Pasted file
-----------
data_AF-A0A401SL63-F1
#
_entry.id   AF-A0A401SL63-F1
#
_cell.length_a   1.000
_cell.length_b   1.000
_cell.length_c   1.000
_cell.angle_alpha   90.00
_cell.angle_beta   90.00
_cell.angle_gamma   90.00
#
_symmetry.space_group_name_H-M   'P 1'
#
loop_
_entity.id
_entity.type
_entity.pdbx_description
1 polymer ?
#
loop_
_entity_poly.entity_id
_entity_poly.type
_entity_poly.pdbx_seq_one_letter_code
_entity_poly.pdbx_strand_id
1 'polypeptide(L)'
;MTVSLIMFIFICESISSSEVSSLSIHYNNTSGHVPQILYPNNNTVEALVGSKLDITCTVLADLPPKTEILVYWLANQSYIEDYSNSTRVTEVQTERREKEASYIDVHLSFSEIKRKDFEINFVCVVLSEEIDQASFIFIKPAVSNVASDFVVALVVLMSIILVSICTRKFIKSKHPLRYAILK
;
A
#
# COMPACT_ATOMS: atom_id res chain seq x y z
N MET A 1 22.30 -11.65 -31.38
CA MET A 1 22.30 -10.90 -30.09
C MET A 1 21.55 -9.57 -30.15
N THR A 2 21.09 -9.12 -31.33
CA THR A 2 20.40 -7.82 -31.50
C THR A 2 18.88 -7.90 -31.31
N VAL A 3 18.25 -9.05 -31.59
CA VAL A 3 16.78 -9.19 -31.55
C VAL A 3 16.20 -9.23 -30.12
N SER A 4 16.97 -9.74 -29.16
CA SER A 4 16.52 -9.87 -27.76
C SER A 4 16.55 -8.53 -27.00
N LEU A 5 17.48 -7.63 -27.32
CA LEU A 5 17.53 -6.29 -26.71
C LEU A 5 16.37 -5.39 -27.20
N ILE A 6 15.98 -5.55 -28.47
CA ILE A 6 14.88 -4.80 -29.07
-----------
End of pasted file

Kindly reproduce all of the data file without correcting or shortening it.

data_AF-A0A401SL63-F1
#
_entry.id   AF-A0A401SL63-F1
#
_cell.length_a   1.000
_cell.length_b   1.000
_cell.length_c   1.000
_cell.angle_alpha   90.00
_cell.angle_beta   90.00
_cell.angle_gamma   90.00
#
_symmetry.space_group_name_H-M   'P 1'
#
loop_
_entity.id
_entity.type
_entity.pdbx_description
1 polymer ?
#
loop_
_entity_poly.entity_id
_entity_poly.type
_entity_poly.pdbx_seq_one_letter_code
_entity_poly.pdbx_strand_id
1 'polypeptide(L)'
;MTVSLIMFIFICESISSSEVSSLSIHYNNTSGHVPQILYPNNNTVEALVGSKLDITCTVLADLPPKTEILVYWLANQSYIEDYSNSTRVTEVQTERREKEASYIDVHLSFSEIKRKDFEINFVCVVLSEEIDQASFIFIKPAVSNVASDFVVALVVLMSIILVSICTRKFIKSKHPLRYAILK
;
A
#
# COMPACT_ATOMS: atom_id res chain seq x y z
N MET A 1 22.30 -11.65 -31.38
CA MET A 1 22.30 -10.90 -30.09
C MET A 1 21.55 -9.57 -30.15
N THR A 2 21.09 -9.12 -31.33
CA THR A 2 20.40 -7.82 -31.50
C THR A 2 18.88 -7.90 -31.31
N VAL A 3 18.25 -9.05 -31.59
CA VAL A 3 16.78 -9.19 -31.55
C VAL A 3 16.20 -9.23 -30.12
N SER A 4 16.97 -9.74 -29.16
CA SER A 4 16.52 -9.87 -27.76
C SER A 4 16.55 -8.53 -27.00
N LEU A 5 17.48 -7.63 -27.32
CA LEU A 5 17.53 -6.29 -26.71
C LEU A 5 16.37 -5.39 -27.20
N ILE A 6 15.98 -5.55 -28.47
CA ILE A 6 14.88 -4.80 -29.07